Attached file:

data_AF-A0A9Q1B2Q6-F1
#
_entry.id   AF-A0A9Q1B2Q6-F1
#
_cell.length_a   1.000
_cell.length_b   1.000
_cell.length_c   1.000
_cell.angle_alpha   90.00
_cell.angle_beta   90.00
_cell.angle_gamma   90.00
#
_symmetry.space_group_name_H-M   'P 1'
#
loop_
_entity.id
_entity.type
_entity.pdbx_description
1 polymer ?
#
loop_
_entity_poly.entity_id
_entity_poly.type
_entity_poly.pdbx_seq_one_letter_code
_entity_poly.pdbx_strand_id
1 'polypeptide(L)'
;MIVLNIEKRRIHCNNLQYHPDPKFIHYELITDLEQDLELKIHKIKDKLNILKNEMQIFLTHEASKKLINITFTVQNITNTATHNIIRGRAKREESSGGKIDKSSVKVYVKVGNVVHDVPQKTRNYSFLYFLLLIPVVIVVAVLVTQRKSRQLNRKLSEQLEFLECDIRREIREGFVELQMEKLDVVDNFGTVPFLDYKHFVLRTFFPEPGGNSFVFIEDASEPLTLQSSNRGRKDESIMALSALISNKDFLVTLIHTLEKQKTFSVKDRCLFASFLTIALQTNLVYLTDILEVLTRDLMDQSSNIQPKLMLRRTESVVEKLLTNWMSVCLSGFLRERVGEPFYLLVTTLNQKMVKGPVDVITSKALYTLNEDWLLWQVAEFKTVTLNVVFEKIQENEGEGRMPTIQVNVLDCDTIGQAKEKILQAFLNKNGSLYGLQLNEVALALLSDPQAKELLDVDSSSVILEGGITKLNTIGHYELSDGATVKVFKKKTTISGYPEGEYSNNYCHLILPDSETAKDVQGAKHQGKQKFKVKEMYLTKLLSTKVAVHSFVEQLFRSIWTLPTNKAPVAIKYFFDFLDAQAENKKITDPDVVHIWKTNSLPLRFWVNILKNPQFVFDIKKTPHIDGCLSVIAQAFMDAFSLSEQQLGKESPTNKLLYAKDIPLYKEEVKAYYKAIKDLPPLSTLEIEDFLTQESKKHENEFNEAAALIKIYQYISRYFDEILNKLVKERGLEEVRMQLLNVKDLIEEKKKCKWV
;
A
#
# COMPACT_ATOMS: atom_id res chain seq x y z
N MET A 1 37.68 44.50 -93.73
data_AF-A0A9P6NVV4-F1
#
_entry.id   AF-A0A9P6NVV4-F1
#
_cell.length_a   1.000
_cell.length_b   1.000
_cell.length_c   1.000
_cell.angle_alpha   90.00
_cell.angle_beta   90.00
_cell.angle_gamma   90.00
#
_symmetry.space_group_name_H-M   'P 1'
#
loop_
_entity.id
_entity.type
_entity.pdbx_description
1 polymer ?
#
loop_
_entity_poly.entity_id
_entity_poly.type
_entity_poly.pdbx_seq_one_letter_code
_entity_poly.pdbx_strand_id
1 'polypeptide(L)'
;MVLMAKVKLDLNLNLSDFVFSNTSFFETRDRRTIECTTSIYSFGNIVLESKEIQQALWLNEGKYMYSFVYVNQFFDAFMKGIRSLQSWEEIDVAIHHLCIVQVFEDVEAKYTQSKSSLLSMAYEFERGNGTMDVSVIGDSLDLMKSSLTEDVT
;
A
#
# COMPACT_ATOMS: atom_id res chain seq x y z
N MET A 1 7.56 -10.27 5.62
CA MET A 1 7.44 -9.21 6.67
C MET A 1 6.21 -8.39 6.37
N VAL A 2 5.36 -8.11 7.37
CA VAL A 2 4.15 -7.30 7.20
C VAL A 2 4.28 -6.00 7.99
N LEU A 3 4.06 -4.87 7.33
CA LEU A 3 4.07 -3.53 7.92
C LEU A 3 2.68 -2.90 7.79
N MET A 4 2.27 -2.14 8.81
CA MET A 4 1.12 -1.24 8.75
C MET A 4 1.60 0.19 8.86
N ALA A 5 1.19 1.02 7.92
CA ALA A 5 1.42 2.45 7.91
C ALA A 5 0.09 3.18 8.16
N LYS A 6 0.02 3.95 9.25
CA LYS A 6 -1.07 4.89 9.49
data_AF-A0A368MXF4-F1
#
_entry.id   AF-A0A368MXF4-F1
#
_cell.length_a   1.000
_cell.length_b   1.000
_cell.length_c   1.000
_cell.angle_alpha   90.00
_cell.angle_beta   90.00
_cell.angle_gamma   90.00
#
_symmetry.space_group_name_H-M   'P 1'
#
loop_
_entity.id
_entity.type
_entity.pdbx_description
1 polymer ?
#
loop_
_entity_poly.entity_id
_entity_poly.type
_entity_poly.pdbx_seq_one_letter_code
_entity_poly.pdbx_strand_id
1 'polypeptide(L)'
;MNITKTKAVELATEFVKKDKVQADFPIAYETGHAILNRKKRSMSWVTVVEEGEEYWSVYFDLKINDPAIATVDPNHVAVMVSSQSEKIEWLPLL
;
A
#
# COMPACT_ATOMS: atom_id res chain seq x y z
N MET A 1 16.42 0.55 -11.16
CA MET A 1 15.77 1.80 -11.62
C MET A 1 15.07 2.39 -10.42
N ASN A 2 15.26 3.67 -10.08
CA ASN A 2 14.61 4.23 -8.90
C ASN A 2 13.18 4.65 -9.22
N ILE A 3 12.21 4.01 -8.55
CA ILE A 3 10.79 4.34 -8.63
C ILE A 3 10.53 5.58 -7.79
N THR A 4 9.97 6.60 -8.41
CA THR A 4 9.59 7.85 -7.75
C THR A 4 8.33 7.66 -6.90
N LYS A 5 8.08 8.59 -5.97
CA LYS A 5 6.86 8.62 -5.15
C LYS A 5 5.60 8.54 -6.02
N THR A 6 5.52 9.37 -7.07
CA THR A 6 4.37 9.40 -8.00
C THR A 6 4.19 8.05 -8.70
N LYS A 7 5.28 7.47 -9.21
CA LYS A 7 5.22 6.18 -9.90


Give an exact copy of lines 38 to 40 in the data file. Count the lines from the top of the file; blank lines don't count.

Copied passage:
_cell.length_c   1.000
_cell.angle_alpha   90.00
_cell.angle_beta   90.00